If people knew what they were getting into, would they still buy in an HOA? I was convinced that they wouldn’t, but I was wrong. Thirty years ago, when I first became aware of HOAs and started to understand what we were dealing with, HOA mandates were already in place in Fairfax County and probably across the country as well. However, there were still pockets of older neighborhoods, so some choices still existed. Now, even most of those older neighborhoods have been razed to the ground only to be replaced by some new faddish fantasy that will no doubt sound positively utopian but in practice be unworkable.
Shelly Marshall and Michael Marshall, PhD join me On the Commons. Shelly is an HOA Warrior. She is a prolific writer of self-help books including a book on HOAs, what to look for and how to understand what you are getting into. Dr. Marshall, Shelly’s brother, is a Psychology Professor and practitioner. This dynamic duo have combined forces to answer the question; “Why can’t people hear us?”. Shelly warned Mike about the risks involved in buying a condo and told him to keep looking but that didn’t stop him. For a while everything went well until one day when his utopian dream came crashing down. So why didn’t he listen? Why don’t people learn from other people’s stories? Mike and Shelly, along with Deborah Goonan, are working on a case study, doing some research with the intent of publishing a paper answering this question. In an easy to understand and simple way, Mike explains the psychology behind human nature. He and Shelly fill in with facts, stories and typical situations that take place every single day. This is a very exciting piece of research and a fascinating interview. For all those people who believe that “HOAs are here to stay,” are you listening?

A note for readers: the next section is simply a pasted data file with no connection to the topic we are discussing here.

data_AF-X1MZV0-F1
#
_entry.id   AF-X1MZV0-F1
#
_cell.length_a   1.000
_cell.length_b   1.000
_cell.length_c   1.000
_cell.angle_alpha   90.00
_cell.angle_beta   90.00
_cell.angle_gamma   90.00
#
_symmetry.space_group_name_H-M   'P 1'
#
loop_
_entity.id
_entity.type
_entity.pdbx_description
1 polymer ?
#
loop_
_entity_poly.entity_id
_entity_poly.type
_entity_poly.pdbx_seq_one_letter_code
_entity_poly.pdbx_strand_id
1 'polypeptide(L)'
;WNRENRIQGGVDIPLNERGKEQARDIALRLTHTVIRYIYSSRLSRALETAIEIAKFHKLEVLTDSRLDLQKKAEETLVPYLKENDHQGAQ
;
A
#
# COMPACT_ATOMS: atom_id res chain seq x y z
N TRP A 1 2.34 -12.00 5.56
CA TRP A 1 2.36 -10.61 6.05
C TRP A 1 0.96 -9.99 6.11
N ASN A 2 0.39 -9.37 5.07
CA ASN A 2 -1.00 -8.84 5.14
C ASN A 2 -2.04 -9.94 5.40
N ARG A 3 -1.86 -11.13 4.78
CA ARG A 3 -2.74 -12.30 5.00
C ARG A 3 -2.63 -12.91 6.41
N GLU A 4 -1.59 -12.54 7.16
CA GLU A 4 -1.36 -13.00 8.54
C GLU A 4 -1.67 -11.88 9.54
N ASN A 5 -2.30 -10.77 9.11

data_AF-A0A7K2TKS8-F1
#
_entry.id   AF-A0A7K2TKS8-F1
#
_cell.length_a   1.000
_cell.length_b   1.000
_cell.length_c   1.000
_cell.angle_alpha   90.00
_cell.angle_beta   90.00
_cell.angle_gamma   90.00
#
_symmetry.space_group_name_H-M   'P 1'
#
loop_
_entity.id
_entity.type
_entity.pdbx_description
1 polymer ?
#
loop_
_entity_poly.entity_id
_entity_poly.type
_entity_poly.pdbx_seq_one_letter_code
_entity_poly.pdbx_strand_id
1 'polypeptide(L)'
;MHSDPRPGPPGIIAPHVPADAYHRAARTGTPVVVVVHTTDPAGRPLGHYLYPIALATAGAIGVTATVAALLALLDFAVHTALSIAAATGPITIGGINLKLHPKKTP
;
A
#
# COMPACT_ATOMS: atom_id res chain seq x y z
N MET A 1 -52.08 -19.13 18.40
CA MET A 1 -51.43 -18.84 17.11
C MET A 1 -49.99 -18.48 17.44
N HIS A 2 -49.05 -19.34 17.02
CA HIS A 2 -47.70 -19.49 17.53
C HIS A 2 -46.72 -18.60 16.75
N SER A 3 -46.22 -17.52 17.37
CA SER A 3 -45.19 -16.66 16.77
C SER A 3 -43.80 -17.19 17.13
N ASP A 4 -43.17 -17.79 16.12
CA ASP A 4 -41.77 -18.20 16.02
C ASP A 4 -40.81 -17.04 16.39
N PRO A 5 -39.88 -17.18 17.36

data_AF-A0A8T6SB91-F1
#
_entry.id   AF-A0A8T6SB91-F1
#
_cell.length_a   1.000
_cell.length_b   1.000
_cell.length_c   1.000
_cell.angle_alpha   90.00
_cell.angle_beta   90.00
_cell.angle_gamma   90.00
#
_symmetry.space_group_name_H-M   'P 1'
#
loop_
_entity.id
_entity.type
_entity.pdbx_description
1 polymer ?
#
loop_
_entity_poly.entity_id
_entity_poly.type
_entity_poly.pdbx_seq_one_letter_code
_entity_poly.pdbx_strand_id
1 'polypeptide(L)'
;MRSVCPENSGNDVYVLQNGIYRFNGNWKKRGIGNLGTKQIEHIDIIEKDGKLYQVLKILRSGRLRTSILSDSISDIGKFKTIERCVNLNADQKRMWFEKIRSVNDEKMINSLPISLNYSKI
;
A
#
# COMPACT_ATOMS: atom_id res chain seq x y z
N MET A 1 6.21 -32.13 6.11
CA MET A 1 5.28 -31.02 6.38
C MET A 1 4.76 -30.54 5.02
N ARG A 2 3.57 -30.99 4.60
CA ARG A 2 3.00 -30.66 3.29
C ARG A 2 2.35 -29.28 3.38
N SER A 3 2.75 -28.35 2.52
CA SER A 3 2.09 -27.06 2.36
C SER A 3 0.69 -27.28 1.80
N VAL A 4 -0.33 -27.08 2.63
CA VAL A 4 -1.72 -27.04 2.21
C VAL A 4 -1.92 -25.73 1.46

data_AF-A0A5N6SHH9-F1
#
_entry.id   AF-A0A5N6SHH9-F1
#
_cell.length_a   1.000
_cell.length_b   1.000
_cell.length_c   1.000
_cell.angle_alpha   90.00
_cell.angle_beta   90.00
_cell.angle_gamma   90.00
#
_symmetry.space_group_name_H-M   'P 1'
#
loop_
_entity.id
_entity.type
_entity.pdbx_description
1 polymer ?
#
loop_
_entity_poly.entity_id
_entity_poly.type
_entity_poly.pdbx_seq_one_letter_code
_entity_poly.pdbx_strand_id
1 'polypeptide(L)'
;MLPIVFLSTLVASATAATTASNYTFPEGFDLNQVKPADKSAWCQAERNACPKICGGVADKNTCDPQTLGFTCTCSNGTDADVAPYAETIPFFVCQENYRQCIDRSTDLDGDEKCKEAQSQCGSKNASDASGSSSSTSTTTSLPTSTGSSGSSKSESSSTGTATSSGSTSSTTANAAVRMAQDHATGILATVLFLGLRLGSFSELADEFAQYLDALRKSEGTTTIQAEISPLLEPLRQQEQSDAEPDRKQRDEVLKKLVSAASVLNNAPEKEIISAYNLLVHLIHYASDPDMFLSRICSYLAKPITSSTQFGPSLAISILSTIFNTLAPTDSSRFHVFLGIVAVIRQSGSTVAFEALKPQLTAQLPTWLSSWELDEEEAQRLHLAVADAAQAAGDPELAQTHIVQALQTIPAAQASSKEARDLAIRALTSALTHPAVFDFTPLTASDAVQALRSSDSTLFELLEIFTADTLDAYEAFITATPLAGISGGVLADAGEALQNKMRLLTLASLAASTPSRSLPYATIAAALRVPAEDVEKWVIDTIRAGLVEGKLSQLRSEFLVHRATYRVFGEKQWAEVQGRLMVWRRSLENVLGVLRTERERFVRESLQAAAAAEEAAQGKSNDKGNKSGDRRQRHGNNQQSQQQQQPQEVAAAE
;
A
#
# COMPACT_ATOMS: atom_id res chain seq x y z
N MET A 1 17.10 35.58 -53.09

They sounded like such great ideas, so what could possibly go wrong? Instead of keeping residential America under the jurisdiction of local municipal governments, the trend was to put them in private enclaves where covenants ruled and where the notion of a contract was above the law. Add a few frills where everyone shares in the expense of amenities and you have heaven on earth. Right? Now expand the utopian lifestyle to the renters by converting apartments into condos and establishing special financing to help them get their foot on the first rung of prosperity and we are on our way.
As I write this, my mother’s words come back to haunt me; “If it sounds too good to be true, it probably is too good to be true.”
Professor Evan McKenzie joins us On The Commons this week. Evan was on the first radio show I ever did and I am delighted to have him join us as we mark our 15th anniversary of On The Commons.
Evan is a political science professor at the University of Illinois Chicago, he teaches law at the John Marshall School of Law, he is the author of Privatopia: Homeowner Associations and the Rise of Residential Private Government and Beyond Privatopia: Rethinking Residential Private Government. He maintains a blog at The Privatopia Papers where he discusses and follows the news and trends on associations. He is just back from a conference in Israel on private communities where he presented a paper titled: “Rethinking Residential Private Government in the United States: Recent Trends in practices and Policy”. Join us as Evan shares some of the problems and issues other countries are facing with their experiences in private communities, and how at least one country, Spain, deals with the “apathy” problem.